Dinar G : The Iraqi Dinar (IQD) is a currency used in Iraq. The Iraqi dinar is the country’s currency, and its currency code is IQD.
The Iraqi dinar, which is made up of 1,000 fils, is circulated by the Central Bank of Iraq.
Fils are no longer in use due to inflation, and dinars are now the lowest unit of currency in circulation. 1
Iraqi Dinar (IQD) is a currency used in Iraq
The IQD is fixed at US $1 = 1,450 IQD as of Q2 2021, while the actual exchange rate may vary slightly around that peg.
The Iraqi dinar is the country’s currency, and its currency code is IQD.
The money has been utilised in a variety of frauds, and investors are sometimes lured to pay big premiums for it in the hopes that it would be revalued higher in the future.
Because Iraq’s principal export, oil, is priced in US dollars, the dinar has minimal global demand.
The Iraqi Dinar: An Overview (IQD)
When the dinar was first adopted in 1932 to replace the Indian rupee, one dinar was worth 11 rupees.
Until 1959, the dinar was linked to the British pound (GBP), after which it was linked to the US dollar (USD).
Until the Gulf War in the early 1990s, the exchange rate remained largely constant. 1
Prior to the Gulf War in 1990-1991, the dinar was worth more than $3 in US money.
3 The Swiss dinar was a currency that was printed prior to the Gulf War.
1 Due to a lack of printing equipment as a result of war-related sanctions, the government issued new currency that was of lower quality after the conflict.
By 2003, the currency had fallen to an average of 1,950 dinar per USD. The old Swiss banknotes were still in use in some parts of the country. 4
Beginning in 2003, fresh notes were printed, this time of higher quality, to allow the entire country to utilise a single currency.
Old notes were exchanged one for one for new ones, whereas Swiss notes were traded one for 150 new notes.
1 The USD/IQD exchange rate was set at 1,190 until December 2020, when Iraq’s Central Bank announced that the country’s currency would be devalued by more than 20% in response to a severe liquidity crisis brought on by low oil prices, a move that has sparked public outrage as the government struggles to cover its costs. The peg is fixed at 1:1,450 as of December 2020.
Because Iraq’s principal export, oil, is valued in US dollars, the dinar has minimal value outside of Iraq.
Despite this, there are a slew of schemes attempting to persuade individuals to acquire dinars in the hopes of a future price increase.
Many organisations and publications advise investors to avoid IQD scams.
Brokers selling IQD cash will often charge a premium of 25% to 30% over the official exchange rate.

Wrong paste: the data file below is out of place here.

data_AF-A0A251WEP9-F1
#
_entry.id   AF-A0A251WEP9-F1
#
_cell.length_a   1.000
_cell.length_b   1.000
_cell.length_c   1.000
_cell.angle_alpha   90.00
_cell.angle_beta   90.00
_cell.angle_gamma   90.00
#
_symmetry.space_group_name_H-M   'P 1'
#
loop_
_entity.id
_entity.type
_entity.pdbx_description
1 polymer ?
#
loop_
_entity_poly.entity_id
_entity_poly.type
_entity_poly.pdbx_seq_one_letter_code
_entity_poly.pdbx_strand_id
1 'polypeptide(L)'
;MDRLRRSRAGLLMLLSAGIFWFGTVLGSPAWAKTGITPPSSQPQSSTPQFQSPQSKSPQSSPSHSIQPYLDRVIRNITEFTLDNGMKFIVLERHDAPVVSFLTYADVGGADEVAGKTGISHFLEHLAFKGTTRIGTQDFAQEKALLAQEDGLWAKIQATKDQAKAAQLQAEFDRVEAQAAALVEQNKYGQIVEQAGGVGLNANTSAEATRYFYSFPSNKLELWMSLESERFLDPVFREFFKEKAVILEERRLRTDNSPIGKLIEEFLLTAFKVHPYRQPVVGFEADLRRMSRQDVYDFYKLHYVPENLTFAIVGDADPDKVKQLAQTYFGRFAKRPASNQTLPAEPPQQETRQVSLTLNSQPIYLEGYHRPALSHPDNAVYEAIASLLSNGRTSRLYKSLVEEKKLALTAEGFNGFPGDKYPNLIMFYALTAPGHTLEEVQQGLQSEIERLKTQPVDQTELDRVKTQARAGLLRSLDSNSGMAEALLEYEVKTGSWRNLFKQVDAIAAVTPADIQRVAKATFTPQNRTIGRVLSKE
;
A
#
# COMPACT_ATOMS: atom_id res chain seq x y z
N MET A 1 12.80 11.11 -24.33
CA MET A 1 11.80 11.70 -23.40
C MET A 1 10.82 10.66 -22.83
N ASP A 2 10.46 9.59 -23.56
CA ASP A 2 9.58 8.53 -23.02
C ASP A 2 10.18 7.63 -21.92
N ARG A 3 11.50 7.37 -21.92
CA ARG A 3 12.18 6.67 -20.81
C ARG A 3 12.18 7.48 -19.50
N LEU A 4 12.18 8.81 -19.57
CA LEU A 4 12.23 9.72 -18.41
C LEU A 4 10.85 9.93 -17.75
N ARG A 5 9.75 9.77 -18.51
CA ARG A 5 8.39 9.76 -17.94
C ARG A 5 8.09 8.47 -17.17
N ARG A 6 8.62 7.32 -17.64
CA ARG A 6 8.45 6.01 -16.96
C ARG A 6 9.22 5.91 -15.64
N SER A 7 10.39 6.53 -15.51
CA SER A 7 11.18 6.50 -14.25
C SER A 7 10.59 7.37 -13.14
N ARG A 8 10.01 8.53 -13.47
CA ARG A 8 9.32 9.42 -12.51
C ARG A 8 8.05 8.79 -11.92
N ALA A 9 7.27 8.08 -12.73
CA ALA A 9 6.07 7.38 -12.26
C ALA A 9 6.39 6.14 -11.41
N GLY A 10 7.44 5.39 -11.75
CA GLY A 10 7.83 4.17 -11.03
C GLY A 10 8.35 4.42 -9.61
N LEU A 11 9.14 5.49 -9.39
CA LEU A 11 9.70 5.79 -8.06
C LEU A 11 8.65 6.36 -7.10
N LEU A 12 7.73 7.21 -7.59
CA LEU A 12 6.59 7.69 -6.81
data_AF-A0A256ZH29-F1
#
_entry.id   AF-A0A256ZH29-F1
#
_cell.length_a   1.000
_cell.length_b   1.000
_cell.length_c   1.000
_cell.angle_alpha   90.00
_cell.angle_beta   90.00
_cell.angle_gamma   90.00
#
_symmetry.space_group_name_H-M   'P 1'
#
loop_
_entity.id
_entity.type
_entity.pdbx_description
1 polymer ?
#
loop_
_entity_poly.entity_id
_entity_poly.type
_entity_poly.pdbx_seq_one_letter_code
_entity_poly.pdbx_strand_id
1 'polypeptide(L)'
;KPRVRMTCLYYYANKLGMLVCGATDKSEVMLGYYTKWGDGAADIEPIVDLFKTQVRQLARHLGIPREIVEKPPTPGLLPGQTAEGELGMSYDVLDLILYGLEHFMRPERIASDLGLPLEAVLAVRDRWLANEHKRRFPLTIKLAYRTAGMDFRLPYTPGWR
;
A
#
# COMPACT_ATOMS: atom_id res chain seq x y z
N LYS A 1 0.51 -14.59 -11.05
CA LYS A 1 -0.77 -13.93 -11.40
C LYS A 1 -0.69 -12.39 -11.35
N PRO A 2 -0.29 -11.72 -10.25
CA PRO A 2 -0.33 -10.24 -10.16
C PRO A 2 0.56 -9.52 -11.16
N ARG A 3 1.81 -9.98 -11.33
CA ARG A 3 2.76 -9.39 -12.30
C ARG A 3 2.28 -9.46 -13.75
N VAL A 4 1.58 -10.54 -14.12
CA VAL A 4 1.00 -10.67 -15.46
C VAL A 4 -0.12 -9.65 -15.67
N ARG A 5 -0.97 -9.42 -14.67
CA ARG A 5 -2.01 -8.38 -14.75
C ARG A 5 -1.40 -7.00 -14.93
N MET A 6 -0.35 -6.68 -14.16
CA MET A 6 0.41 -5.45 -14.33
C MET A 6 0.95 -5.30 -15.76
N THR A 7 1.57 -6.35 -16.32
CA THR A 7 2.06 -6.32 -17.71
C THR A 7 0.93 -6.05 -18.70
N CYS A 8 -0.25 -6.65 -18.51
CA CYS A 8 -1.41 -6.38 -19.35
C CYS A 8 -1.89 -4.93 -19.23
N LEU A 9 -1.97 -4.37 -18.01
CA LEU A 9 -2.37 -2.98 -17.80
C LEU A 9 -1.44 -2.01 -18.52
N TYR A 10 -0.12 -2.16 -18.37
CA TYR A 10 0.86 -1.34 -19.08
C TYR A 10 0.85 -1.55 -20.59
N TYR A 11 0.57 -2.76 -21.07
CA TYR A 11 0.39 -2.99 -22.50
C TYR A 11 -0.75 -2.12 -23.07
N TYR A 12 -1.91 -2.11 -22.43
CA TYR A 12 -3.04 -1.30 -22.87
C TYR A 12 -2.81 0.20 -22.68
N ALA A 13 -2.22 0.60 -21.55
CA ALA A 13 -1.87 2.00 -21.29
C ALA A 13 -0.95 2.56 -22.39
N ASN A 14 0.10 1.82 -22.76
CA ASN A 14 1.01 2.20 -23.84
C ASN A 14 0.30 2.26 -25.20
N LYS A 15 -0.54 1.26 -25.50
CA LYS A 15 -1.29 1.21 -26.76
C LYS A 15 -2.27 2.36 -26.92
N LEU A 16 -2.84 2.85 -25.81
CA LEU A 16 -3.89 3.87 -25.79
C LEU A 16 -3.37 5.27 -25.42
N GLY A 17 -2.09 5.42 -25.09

Those who purchase it will suffer significant losses right away. It’s also tough to sell because there isn’t much of a demand for it outside of Iraq.
If someone wants to sell dinars, brokers usually offer 30% less than the official exchange rate.
If the official exchange rate does not change, these transaction expenses might erode 40 percent to 60 percent of the capital invested.
Iraq has annual inflation of 0.4 percent in 2018 and -0.2 percent in 2019, according to World Bank figures.
7 GDP fell to -1.2 percent in 2018, then increased to 4.
4 percent in 2019 before falling to -10.4 percent in 2020. 8
Investing in the Iraqi Dinar: Scams
In the USD/IQD currency pair, legitimate forex trading is practically non-existent.
Iraqi dinars are not traded by major banks. Iraqi dinars can only be purchased or sold through a limited number of money exchangers, some of whom may or may not be legally registered.
As previously stated, these exchangers or brokers often charge 30% or more in fees, which are reflected into the exchange rate quoted.
6 Thus, without the currency rate moving, buying and selling IQD could result in losses of 50%.
In times of excessive inflation, existing high-value notes are redenominated into new lower-value notes by eliminating zeros to increase the currency’s purchasing power.
There have been reports that the dinar will be redenominated, but nothing has come of these rumours.
The IQD’s value would not be increased by redenomination without revaluation.
Those who have old notes will most likely have to exchange them for new ones, which will very certainly result in additional fees if they are outside of Iraq.
A revaluation is a calculated modification of a country’s official currency rate relative to a set baseline, such as gold or the US dollar.
Buying and Selling Iraqi Dinar Outside of Iraq as an Example
Dinar has little value outside of Iraq, therefore purchasing it usually either purchasing currency from a broker and storing it with them, or obtaining physical delivery.
As of August 2021, the official exchange rate is 1,459 dinars per dollar.
9 At this rate (1 million/1,459), one million dinars would cost roughly $685.51. If you buy one million dinars through an online broker, they may give you $857.
This is a 25% premium over the official rate. When you include in delivery costs, the premium might be substantially higher.
Assume that the USD/IQD exchange rate remains unchanged. Because there is little demand for the currency outside of Iraq, if our investor wishes to sell their one million dinars, there is likely nowhere to sell them except back to a broker.
To buy back the dinars, a broker might make an offer of $568.97. This is 33.5 percent less than the $685 paid for the dinars, and 17 percent less than the official exchange rate value.
All of this occurs without a change in the real exchange rate.
Buying and selling currencies through brokers that charge a premium on every transaction could result in a loss of more than 30% for an investor.
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